The gaming technology company seems poised for a turnaround.

International Game Technology (NYSE: IGT) has been a public company since 1981. Had you purchased shares at the split-adjusted offering price of $0.50, you would be sitting on a gain of 34 times that investment.

However, as with many technology companies, the world moves very fast and if management isn’t totally on top of its game, the world can pass them by. IGT hit an all-time high of $46 back in 2006, and utterly cratered in 2008 during the financial crisis, hitting a low of $8.82.

International Game Technology is a global gaming company specializing in the design, development, manufacture, and marketing of casino-style gaming equipment, systems technology, and game content across multiple platforms—land-based, online real-money and social gaming. While IGT has struggled since 2009, it has still doubled from that low. The world of gaming technology continues to evolve, but IGT is still the leader.

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North America accounts for 78% of IGT’s revenues. The gaming operations segment accounts for more than half of the company’s revenues. This segment provides casinos and other game operators with machines and content licensing. It earns money by having casinos pay service fees to IGT based on how much gets wagered.

Variable and fixed fee arrangements exist, with 83% being variable. In other cases, casinos may buy the machine outright and pay a royalty fee. The Product Sales segment is thus aptly named, as it comprises a bit less than half of total revenue.

IGT’s fortunes, so to speak, are dependent on casino traffic. Revenue depends on the number and type of machines in service, levels and frequency of player wagers, and which pricing arrangement is used. Levels of play are dependent on game popularity, casino seasonality trends, economic conditions, and other player preferences.

Because of those variables, it can be somewhat difficult to predict how IGT may do from month to month. But now you understand why the stock died in 2008.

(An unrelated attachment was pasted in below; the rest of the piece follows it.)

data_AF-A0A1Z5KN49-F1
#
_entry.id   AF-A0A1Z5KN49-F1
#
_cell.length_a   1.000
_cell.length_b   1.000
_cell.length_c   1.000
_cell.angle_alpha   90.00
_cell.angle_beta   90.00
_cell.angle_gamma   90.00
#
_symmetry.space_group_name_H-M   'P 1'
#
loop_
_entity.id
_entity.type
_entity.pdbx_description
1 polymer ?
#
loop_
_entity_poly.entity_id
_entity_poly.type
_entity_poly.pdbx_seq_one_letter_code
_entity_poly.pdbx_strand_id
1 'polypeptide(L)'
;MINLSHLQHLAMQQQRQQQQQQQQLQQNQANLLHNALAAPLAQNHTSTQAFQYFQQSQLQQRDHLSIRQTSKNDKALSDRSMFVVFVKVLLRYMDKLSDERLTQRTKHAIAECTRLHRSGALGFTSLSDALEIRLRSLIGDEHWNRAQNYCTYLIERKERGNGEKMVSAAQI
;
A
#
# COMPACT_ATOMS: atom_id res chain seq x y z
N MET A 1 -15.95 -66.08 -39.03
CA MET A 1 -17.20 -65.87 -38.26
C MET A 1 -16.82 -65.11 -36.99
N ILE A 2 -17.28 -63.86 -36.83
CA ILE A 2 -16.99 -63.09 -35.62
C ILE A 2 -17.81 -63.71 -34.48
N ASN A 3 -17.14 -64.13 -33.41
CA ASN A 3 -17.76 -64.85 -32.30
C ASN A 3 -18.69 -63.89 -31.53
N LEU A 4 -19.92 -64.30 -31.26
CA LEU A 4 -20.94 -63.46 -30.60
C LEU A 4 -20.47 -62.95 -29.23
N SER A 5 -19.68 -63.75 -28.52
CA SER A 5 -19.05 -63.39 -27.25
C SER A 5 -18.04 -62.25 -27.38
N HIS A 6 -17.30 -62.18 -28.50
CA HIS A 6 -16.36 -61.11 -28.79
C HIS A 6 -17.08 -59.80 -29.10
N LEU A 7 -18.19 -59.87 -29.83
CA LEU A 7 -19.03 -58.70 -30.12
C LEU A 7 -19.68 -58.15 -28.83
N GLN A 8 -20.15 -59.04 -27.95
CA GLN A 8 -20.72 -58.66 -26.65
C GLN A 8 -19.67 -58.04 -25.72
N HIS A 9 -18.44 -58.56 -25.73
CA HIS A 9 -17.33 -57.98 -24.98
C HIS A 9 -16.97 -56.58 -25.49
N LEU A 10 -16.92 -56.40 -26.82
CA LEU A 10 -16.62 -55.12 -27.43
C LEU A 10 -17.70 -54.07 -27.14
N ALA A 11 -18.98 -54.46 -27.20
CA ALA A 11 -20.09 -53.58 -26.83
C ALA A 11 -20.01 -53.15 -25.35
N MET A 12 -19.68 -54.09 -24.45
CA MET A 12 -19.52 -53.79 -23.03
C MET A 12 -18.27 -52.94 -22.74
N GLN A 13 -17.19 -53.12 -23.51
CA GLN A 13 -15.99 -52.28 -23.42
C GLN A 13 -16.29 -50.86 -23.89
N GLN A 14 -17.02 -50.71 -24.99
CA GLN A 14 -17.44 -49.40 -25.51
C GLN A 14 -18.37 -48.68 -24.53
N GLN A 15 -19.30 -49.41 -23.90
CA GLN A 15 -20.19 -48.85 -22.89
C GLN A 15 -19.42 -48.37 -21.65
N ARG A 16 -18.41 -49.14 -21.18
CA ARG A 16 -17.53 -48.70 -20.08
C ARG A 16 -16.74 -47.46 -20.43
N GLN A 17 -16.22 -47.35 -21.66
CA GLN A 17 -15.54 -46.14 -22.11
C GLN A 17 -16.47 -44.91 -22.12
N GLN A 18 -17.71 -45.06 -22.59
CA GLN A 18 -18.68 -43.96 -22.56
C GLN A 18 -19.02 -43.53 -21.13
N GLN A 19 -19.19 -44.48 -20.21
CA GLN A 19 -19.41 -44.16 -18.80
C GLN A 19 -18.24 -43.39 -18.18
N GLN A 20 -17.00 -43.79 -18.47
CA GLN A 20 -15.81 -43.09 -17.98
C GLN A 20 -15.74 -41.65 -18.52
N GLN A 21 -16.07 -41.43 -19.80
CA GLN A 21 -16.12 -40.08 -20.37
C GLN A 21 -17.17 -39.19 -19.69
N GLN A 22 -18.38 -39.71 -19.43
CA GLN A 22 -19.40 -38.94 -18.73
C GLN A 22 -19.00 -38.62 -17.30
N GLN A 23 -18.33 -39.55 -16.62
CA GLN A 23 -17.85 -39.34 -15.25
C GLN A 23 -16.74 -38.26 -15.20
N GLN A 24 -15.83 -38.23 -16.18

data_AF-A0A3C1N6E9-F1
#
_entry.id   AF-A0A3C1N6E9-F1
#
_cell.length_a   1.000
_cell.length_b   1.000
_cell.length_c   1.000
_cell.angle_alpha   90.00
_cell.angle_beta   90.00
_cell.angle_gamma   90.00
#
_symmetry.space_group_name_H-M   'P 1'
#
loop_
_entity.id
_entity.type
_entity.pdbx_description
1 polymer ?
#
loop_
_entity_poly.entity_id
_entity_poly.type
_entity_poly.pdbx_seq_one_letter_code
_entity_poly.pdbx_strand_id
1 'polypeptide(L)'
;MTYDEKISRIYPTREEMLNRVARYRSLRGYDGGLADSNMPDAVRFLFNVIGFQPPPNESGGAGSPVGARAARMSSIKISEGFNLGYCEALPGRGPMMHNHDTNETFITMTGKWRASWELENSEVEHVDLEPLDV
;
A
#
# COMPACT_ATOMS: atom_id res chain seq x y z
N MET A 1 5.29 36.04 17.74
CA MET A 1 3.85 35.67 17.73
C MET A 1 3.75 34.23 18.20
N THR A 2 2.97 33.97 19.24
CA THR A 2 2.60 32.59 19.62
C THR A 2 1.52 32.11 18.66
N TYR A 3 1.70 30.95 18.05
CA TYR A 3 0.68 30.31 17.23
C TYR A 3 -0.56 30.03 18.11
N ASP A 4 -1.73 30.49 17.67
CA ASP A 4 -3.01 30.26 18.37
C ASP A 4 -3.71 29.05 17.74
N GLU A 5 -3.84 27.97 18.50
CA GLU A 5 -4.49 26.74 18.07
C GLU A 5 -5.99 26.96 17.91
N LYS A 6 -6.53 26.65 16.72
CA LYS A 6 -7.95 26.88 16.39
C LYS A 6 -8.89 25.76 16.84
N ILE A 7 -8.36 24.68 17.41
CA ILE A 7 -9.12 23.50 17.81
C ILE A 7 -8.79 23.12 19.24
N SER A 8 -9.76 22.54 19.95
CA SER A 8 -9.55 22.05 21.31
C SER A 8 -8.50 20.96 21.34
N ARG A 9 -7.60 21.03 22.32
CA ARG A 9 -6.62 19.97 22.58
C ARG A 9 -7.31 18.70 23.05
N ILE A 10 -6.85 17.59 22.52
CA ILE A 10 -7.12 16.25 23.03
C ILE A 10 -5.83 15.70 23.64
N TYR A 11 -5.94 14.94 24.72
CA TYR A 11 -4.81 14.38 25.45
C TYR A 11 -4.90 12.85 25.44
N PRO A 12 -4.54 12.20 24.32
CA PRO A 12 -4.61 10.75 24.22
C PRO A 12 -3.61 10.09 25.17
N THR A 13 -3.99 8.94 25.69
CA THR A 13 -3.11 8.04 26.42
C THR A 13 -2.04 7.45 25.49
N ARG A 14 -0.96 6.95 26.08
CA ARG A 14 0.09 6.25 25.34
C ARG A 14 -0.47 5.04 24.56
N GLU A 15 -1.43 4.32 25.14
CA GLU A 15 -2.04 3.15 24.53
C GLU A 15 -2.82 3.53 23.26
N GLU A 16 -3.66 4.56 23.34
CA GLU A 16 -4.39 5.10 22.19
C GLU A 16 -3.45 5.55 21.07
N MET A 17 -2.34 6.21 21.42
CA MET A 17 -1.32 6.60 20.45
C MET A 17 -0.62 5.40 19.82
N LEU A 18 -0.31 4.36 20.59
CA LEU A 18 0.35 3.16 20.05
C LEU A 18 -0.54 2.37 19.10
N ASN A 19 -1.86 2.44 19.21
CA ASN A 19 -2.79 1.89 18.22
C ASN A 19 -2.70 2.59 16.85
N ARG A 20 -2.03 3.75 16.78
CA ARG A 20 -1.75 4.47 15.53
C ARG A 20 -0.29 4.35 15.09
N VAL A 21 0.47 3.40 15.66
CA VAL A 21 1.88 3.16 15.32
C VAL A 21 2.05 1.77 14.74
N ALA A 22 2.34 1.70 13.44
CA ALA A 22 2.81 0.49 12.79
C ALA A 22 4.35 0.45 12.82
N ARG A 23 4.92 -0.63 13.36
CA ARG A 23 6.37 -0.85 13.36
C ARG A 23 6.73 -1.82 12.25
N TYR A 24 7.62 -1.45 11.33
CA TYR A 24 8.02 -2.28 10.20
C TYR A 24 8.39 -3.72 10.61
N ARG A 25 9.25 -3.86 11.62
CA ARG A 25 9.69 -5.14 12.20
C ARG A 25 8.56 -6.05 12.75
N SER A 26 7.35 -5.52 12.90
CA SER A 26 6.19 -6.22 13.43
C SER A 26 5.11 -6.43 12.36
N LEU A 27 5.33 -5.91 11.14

The key to understanding IGT as a long-haul business is what it refers to as “content”. If you’ve ever been in casinos, and I’ve been in too many to count, and thought about dropping money into a slot machine, what goes through your mind?

For me, it’s that first impression.

I see a machine and it either stimulates my curiosity or it doesn’t. There are so many distractions in a casino that IGT has about one second to capture your attention with its machines. So it wisely makes licensing deals with brand names, such as “Wheel of Fortune”. That name recognition and the familiar “big wheel” appears on the machine. That is more likely to grab your attention than something that isn’t branded.

Once your attention is captured, you need to be sold that the slot is going to be fun. Just pulling the lever and hoping for three cherries doesn’t cut it any more. With the “Wheel of Fortune”, there’s this enticement about hitting the right combination to get that wheel to spin. Hopefully, this hooks you and hopefully, it’s fun to play.

Content, as it is said, is king.

Of course, there is a lot of competition these days. IGT must fight that. Casinos have been struggling the past few years, but I think the economy is going to improve next year, and that may stimulate more traffic. IGT also merged with GTECH S.p.a., an international gaming company, in an aggressive move into global gaming waters.

I think the time is ripe for an IGT stock turnaround. The new entity is going to have over $6 billion in revenues and $2 billion in EBITDA. It will now be a global leader in the space. With IGT stock trading at roughly a third of its all-time high, it’s a low-cost gamble (pun intended).

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Published by Wyatt Investment Research at